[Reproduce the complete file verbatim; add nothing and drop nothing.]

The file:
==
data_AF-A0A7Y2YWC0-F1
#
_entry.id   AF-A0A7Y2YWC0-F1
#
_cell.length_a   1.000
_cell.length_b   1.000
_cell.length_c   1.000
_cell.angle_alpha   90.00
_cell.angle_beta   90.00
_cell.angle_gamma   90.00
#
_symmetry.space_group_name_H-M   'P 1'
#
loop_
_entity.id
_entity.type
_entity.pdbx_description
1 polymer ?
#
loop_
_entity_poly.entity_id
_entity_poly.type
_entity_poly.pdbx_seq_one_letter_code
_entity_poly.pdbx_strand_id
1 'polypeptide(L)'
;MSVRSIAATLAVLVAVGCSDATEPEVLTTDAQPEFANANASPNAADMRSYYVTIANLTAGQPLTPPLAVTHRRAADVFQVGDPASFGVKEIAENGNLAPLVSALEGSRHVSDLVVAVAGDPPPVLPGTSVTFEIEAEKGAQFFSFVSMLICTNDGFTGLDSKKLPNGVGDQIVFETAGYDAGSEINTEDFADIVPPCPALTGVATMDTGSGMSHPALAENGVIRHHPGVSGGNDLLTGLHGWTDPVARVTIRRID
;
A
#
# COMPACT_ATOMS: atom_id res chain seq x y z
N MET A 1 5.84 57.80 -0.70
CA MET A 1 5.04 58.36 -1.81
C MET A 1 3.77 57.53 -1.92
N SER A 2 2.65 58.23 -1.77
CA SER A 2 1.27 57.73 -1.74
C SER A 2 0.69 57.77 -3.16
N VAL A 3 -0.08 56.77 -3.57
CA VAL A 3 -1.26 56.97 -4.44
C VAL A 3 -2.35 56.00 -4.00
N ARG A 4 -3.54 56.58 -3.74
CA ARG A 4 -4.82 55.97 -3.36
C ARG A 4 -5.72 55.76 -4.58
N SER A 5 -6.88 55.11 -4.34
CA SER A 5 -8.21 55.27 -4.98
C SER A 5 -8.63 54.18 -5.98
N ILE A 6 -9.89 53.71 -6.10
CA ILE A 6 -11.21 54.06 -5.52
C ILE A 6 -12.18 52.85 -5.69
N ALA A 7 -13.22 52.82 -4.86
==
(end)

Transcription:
data_AF-A0A7Y2YWC0-F1
#
_entry.id   AF-A0A7Y2YWC0-F1
#
_cell.length_a   1.000
_cell.length_b   1.000
_cell.length_c   1.000
_cell.angle_alpha   90.00
_cell.angle_beta   90.00
_cell.angle_gamma   90.00
#
_symmetry.space_group_name_H-M   'P 1'
#
loop_
_entity.id
_entity.type
_entity.pdbx_description
1 polymer ?
#
loop_
_entity_poly.entity_id
_entity_poly.type
_entity_poly.pdbx_seq_one_letter_code
_entity_poly.pdbx_strand_id
1 'polypeptide(L)'
;MSVRSIAATLAVLVAVGCSDATEPEVLTTDAQPEFANANASPNAADMRSYYVTIANLTAGQPLTPPLAVTHRRAADVFQVGDPASFGVKEIAENGNLAPLVSALEGSRHVSDLVVAVAGDPPPVLPGTSVTFEIEAEKGAQFFSFVSMLICTNDGFTGLDSKKLPNGVGDQIVFETAGYDAGSEINTEDFADIVPPCPALTGVATMDTGSGMSHPALAENGVIRHHPGVSGGNDLLTGLHGWTDPVARVTIRRID
;
A
#
# COMPACT_ATOMS: atom_id res chain seq x y z
N MET A 1 5.84 57.80 -0.70
CA MET A 1 5.04 58.36 -1.81
C MET A 1 3.77 57.53 -1.92
N SER A 2 2.65 58.23 -1.77
CA SER A 2 1.27 57.73 -1.74
C SER A 2 0.69 57.77 -3.16
N VAL A 3 -0.08 56.77 -3.57
CA VAL A 3 -1.26 56.97 -4.44
C VAL A 3 -2.35 56.00 -4.00
N ARG A 4 -3.54 56.58 -3.74
CA ARG A 4 -4.82 55.97 -3.36
C ARG A 4 -5.72 55.76 -4.58
N SER A 5 -6.88 55.11 -4.34
CA SER A 5 -8.21 55.27 -4.98
C SER A 5 -8.63 54.18 -5.98
N ILE A 6 -9.89 53.71 -6.10
CA ILE A 6 -11.21 54.06 -5.52
C ILE A 6 -12.18 52.85 -5.69
N ALA A 7 -13.22 52.82 -4.86